Fun Police out in Force

The Fun Police are out in force making sure people aren’t able to enjoy themselves:

Internal Affairs has mounted a crackdown on big spot prizes at expos and fishing competitions, warning organisers they constitute illegal gambling.

Officials have sent cease-and-desist letters to 15 organisations, informing them that events with an entry fee cannot have door giveaways, raffles or barrel draws with prizes worth more than $500.

Beach and Boat Fishing Competition organiser Tony Wheeler has put ticket sales to New Zealand’s biggest fishing tournament on hold, after receiving the letter this month. He is scrambling to figure out how to comply with the Department of Internal Affairs’ strict conditions.

Only certain licensed organisations, like the Lotteries Commission, charitable trusts and SkyCity casino, are allowed to run games of chance.

The crackdown comes after a complaint from a pokies trust, which argued that its business was being undermined by events like A&P shows and trade shows that give away spot prizes such as cars, boats and holidays.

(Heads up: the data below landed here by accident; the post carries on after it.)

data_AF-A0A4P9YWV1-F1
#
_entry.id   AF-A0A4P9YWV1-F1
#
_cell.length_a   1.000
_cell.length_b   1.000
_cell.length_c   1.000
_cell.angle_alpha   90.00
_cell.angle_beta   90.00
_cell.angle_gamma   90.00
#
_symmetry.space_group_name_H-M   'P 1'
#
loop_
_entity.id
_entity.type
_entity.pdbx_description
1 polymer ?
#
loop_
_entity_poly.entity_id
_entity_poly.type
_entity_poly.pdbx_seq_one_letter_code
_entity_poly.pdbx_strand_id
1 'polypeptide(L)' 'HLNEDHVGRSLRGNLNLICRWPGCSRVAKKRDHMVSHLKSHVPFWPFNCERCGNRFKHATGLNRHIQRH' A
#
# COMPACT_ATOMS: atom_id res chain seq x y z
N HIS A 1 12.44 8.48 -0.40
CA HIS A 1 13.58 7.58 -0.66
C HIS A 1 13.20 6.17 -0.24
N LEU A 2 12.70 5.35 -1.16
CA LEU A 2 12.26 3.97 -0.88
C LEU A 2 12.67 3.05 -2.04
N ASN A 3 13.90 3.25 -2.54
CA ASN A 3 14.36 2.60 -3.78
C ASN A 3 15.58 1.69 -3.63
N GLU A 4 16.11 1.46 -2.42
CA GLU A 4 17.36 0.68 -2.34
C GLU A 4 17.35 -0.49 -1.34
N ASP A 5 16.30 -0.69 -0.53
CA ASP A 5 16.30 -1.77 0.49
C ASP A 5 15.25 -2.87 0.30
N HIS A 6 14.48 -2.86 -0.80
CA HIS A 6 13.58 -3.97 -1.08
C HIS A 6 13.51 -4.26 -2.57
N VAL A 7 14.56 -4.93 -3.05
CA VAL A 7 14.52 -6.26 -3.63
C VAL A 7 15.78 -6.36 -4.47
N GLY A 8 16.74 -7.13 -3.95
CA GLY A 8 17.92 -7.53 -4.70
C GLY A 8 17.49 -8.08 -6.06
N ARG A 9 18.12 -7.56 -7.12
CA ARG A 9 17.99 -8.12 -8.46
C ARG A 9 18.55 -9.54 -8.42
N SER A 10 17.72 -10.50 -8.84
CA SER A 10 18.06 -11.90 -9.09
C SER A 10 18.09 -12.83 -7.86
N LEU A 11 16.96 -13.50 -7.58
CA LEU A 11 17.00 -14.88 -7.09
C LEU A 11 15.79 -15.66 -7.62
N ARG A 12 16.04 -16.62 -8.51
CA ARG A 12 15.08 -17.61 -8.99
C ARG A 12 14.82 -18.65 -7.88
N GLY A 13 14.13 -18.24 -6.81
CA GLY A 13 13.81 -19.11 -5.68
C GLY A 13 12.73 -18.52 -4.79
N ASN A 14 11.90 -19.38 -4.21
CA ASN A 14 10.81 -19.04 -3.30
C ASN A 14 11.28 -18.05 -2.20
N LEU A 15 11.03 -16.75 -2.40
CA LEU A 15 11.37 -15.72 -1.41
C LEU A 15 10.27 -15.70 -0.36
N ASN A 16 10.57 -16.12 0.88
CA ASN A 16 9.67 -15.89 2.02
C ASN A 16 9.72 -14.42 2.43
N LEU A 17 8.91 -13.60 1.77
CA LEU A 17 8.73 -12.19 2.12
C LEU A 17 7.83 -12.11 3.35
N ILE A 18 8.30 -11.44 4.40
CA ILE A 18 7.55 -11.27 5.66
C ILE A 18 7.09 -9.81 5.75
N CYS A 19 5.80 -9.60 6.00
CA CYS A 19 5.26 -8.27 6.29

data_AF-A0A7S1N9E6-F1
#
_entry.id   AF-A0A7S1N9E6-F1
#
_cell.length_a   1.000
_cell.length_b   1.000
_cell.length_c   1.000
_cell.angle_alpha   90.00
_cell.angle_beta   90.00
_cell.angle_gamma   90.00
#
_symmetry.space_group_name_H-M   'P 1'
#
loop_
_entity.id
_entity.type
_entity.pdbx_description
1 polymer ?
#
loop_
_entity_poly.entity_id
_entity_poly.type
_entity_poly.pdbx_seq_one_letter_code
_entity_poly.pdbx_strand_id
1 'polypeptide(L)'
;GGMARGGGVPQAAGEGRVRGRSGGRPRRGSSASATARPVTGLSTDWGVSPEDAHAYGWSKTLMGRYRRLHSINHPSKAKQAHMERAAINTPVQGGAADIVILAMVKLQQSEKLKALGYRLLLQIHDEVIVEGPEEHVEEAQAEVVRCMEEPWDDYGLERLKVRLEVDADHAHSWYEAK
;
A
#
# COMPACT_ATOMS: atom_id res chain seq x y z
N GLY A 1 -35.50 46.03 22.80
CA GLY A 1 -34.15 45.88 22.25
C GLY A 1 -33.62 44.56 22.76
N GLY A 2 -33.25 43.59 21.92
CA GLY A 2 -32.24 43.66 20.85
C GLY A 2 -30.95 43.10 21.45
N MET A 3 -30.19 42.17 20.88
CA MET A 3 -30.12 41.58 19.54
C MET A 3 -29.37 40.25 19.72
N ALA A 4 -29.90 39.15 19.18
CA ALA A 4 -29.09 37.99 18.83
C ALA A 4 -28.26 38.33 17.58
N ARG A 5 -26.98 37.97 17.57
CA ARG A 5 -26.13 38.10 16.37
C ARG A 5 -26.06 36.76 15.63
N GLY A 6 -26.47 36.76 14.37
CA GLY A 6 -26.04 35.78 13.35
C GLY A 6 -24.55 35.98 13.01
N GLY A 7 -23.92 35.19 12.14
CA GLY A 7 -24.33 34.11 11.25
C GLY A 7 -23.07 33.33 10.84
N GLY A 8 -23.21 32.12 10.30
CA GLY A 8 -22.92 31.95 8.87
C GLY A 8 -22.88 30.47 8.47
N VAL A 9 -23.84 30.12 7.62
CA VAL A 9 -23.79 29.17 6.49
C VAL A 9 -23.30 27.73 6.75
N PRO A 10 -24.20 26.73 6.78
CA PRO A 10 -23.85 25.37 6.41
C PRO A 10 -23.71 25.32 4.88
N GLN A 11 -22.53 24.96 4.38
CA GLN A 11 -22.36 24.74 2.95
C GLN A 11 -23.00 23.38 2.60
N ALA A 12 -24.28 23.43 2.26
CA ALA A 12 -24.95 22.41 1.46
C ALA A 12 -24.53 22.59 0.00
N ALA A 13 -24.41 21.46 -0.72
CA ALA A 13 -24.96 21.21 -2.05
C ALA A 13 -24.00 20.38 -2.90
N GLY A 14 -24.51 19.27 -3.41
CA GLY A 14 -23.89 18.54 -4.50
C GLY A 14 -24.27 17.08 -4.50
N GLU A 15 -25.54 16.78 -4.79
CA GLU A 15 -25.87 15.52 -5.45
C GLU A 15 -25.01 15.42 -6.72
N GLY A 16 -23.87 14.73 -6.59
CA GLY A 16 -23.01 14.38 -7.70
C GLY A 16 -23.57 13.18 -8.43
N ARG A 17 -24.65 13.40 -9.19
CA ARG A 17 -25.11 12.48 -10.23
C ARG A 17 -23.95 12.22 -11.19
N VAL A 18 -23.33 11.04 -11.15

Wheeler’s annual competition is the biggest fishing tournament in the country with 2100 competitors and more than $220,000 worth of spot prizes, including a boat and a car. The heavily-promoted $100,000 prize for catching a special snapper – tagged by the officials and thrown back in – is alleged to breach the Gambling Act.

Catching a tagged fish requires some knowledge or skill, but Internal Affairs believes winning relies on a large element of chance. Fishing competitions are still allowed to award prizes for catching the most fish, or the biggest fish, because this is regarded as skill.

It is obvious that this law is a throw back, and needs to be repealed. Blatant protectionism of gambling rackets is what it is.

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As much at home writing editorials as being the subject of them, Cam has won awards, including the Canon Media Award for his work on the Len Brown/Bevan Chuang story.  And when he’s not creating the news, he tends to be in it, with protagonists using the courts, media and social media to deliver financial as well as death threats.

They say that news is something that someone, somewhere, wants kept quiet.   Cam Slater doesn’t do quiet, and as a result he is a polarising, controversial but highly effective journalist that takes no prisoners.

He is fearless in his pursuit of a story.

Love him or loathe him.  But you can’t ignore him.